The DISC methodology is an important tool for companies to identify each behavioral trait. This is relevant in order to develop talent and also assign people to the positions that make the most sense to them. Thus, mastering this method is a good practice in people management.
There are many behavioral profiles present in a company. Although they share the same workplace and perhaps the same professional aspirations, people are different.
But, from then on, a challenge appears before managers: how to deal with so many different profiles, with their desires and also frustrations?
Or, more than that: how to understand their behaviors, talents and develop them in a way that brings out the best for the employee and the company?
It is precisely in this sense that the DISC methodology acts. Which, in fact, proposes something essential for all of us: self-knowledge.
Individual and collective development is important for any sector within a company – and you are well aware of that.
Therefore, today’s article talks about how to apply this method to get the best out of each one of your team and, of course, get better results every day.
Let’s check it out?
First of all, what is the DISC methodology?
The DISC methodology is old, originating in the 1920s. The person responsible for it is the PhD in Psychology from Harvard University, William Marston.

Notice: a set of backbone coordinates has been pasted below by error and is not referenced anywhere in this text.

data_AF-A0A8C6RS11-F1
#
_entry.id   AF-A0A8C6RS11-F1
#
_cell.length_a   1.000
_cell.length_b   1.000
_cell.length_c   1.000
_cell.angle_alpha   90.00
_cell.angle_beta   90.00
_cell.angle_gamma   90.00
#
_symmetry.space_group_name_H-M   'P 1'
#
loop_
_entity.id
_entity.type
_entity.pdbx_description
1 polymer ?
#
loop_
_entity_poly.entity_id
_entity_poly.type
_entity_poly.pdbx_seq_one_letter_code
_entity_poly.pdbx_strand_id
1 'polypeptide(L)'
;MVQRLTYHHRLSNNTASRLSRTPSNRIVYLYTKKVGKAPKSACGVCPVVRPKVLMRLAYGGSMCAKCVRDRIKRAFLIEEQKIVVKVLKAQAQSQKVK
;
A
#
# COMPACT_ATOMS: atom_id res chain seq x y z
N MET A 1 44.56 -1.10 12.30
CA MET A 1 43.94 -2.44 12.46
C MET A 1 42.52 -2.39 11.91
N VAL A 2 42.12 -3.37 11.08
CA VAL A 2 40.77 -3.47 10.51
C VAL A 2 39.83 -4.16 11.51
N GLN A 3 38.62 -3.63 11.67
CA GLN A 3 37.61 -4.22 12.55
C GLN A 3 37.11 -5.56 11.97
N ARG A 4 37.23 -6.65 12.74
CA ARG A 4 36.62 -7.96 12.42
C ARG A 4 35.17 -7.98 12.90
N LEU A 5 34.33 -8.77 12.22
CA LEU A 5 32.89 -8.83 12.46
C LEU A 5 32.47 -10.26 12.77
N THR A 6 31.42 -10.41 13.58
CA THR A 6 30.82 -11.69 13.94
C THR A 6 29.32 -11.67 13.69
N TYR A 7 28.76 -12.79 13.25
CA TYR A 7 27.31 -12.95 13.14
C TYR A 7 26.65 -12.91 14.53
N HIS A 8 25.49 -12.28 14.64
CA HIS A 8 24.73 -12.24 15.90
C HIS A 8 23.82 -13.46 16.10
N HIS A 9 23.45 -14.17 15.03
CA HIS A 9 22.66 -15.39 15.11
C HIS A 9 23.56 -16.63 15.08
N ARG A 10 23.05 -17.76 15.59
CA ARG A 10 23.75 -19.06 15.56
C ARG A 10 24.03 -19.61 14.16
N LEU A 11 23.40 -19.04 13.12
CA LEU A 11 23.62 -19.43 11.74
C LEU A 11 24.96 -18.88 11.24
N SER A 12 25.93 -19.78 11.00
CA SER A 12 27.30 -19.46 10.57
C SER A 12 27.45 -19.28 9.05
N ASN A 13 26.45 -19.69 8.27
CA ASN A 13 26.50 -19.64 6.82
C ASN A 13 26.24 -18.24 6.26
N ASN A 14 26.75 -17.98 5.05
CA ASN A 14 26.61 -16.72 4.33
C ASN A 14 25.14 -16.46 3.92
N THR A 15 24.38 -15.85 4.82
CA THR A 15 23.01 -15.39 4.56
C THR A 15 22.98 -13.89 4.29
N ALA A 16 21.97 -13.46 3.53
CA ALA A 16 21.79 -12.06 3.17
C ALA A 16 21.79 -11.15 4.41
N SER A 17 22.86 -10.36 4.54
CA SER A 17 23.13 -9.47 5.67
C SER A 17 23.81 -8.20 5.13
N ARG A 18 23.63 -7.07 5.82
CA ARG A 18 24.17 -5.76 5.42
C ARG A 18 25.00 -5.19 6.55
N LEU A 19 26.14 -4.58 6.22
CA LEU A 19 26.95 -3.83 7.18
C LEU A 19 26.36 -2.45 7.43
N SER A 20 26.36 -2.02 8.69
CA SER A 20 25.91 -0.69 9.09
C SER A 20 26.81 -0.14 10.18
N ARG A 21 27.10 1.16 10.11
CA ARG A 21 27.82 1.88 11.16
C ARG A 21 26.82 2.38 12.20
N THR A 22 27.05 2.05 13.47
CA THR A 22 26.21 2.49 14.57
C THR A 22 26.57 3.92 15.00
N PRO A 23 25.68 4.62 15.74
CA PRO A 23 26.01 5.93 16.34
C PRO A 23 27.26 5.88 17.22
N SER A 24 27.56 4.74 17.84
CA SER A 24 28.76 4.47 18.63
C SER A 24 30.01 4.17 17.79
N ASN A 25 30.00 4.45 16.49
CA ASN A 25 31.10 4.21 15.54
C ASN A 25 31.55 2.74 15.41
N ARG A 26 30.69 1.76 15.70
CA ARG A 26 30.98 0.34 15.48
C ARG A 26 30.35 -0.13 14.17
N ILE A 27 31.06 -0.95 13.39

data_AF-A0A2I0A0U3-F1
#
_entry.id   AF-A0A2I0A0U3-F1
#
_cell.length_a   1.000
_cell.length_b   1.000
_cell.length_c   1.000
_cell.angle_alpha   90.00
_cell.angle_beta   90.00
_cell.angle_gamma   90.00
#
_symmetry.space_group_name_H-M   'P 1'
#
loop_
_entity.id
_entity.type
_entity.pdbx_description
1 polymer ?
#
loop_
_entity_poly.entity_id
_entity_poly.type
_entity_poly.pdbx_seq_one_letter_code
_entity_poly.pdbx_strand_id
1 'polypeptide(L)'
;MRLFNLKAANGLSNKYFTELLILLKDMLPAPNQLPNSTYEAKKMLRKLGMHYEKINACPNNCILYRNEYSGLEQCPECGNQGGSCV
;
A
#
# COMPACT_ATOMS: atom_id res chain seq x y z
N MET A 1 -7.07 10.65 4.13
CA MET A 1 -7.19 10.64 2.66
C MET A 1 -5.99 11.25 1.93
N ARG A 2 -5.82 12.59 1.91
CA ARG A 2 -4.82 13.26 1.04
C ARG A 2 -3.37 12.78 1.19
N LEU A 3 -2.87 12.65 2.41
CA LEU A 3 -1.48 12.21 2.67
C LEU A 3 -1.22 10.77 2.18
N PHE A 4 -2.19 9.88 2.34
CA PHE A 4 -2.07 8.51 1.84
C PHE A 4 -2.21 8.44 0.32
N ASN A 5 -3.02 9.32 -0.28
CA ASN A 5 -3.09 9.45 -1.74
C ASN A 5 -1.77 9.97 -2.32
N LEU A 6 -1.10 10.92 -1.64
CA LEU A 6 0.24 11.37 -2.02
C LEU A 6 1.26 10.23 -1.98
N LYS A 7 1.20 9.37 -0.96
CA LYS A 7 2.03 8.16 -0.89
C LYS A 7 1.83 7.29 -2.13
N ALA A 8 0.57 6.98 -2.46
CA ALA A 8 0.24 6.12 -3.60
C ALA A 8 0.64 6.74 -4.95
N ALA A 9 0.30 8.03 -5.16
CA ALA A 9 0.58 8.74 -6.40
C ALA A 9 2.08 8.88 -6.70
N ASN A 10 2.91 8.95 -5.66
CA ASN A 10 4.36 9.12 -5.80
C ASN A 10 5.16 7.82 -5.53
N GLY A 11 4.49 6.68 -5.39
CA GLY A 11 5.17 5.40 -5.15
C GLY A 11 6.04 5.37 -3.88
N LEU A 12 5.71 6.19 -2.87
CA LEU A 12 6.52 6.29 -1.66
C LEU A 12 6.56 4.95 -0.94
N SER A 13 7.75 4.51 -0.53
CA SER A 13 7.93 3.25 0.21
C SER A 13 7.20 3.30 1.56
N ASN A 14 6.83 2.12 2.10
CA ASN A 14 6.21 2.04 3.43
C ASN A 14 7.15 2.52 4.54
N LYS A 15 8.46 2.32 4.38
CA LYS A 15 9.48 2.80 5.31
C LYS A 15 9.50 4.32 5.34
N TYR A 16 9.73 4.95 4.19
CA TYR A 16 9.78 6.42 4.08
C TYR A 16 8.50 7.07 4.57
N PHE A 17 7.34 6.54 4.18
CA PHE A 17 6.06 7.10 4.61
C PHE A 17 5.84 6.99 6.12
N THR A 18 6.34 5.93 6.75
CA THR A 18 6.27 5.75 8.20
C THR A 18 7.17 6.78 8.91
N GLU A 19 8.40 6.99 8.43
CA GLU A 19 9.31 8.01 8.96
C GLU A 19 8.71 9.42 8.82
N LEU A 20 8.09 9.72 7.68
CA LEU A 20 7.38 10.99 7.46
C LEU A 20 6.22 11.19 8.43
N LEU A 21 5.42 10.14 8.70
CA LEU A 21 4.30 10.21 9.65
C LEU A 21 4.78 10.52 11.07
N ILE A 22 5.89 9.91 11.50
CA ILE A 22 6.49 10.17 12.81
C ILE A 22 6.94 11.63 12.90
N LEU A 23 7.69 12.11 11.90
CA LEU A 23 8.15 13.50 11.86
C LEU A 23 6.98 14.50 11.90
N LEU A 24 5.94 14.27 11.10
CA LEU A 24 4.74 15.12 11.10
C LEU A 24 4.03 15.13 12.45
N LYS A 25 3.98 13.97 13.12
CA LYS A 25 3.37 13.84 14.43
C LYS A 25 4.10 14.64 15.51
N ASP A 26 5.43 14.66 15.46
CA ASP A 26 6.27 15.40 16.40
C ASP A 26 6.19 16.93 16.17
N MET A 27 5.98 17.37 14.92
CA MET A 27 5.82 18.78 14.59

He, in the book “The emotions of normal people”, elaborated the theory to explain the emotional reactions that human beings have.
Thus, as the methodology preaches, when knowing the main trends in the behavior of each person, there is a greater basis for analysis and also decision making.
Having this information, the application of this method also allows a more assertive power when doing the administrative management of a business, for example.
With people, of course, at the center of this, allowing for a fair analysis and also an accurate performance evaluation of everyone within the work environment.
The idea is that each one be evaluated according to their predominant profiles – without making a judgment about which one is better.
But of course, there are more suitable profiles for certain positions within a company.
As well as people who find it easier to develop their skills by meeting them.
Throughout his work, Martson argued – after studies – that individuals suffer influence from a number of factors.